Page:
GUANTANAMO BAY U.S. NAVAL BASE, Cuba (Reuters) -- The self-styled mastermind of the September 11 attacks and four co-defendants said in note to a military judge at Guantanamo that they wanted to confess and plead guilty.
The judge said he would question the five, including Khalid Sheikh Muhammad, who has already said he planned the September 11 attacks "from A to Z," to ensure they understood the impact of their decision. All five could face the death penalty.
The judge, army Colonel Steven Henley, said he would not accept any guilty pleas during the hearings scheduled this week but did not explain why.
He read from the defendants' note, which began: "We all five have reached an agreement to request from the commission an immediate hearing session in order to announce our confessions...with our earnest desire in this regard without being under any kind of pressure, threat, intimidations, or promise from any party."
The note said all five wished to plead guilty and withdraw all pending motions filed by their military-appointed lawyers, whom they do not trust and have tried to fire.
"I am not trusting any Americans," Muhammad said in English during an appearance before the judge.
He and several co-defendants had said in an earlier hearing that they welcomed martyrdom.
But the announcement came as a surprise as the U.S. military resumed pretrial hearings at the Guantanamo naval base, in a remote U.S.-controlled corner of Cuba, for the accused plotters of the September 11 attacks.
The judge questioned whether the law underpinning the Guantanamo tribunals allowed him to accept a guilty plea in a capital case. If the defendants are allowed to plead guilty, the case would still go through several automatic appeals, so the any death sentence would likely not be carried out for years.
The hearings went forward as scheduled, even though the pending change in the U.S. administration made it unlikely the defendants' trials would ever be held at the base.
U.S. President-elect Barack Obama has said he will shut down the widely condemned Guantanamo prison camp and try detainees in the regular U.S. civilian or military courts rather than the special Guantanamo tribunals created by the Bush administration.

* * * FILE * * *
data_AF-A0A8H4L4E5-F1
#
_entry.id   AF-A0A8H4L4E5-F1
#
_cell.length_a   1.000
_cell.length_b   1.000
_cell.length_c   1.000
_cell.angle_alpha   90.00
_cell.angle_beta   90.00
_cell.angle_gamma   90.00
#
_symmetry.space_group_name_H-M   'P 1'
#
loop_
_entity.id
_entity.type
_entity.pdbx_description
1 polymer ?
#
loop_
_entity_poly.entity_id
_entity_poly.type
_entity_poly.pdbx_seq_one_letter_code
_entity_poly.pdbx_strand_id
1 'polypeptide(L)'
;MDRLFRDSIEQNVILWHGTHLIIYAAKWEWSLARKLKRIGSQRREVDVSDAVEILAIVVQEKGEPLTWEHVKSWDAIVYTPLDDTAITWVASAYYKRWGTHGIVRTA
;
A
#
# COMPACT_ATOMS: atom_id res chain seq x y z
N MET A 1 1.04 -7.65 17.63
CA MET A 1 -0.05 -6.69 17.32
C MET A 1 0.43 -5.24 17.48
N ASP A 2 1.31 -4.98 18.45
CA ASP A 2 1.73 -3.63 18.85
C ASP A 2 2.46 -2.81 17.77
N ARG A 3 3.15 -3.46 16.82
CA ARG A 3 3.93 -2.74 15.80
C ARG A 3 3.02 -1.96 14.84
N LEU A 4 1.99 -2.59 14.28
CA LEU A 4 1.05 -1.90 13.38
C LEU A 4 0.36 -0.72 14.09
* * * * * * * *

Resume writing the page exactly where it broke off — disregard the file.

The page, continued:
Muhammad, a Pakistani, and four others -- Ramzi Binalshibh, Mustafa Ahmad al-Hawsawi, Walid bin Attash, and Ali Abdul Aziz Ali -- were charged earlier this year with conspiring with Al-Qaeda to kill civilians.
They face 2,973 counts of murder, one for each person killed when Al-Qaeda militants crashed hijacked airliners into the World Trade Center, the Pentagon and a Pennsylvania field.
This week marks the fourth time the defendants have appeared before a tribunal judge at Guantanamo, but there is no chance the case will be ready for trial before Obama takes office on January 20.
Obama's transition team has met with officials from the Pentagon's Office of Military Commissions, which runs the tribunals, but details of the talks have not been made public.
In the meantime, the Pentagon is pressing forward with hearings.
"In the military that's what you do, keep moving forward to make things happen. You keep moving forward until you're ordered to do otherwise," said a spokesman for the Pentagon office that runs the tribunals, Joe Dellavedova.
The Pentagon arranged for members of five families who lost loved ones in the September 11 attacks to travel to the remote Guantanamo base for the hearing, marking the first time any victims' relatives have been present at the proceedings.
They were chosen by lottery from among more than 100 who applied, said a Pentagon spokesman, Navy Commander J.D. Gordon.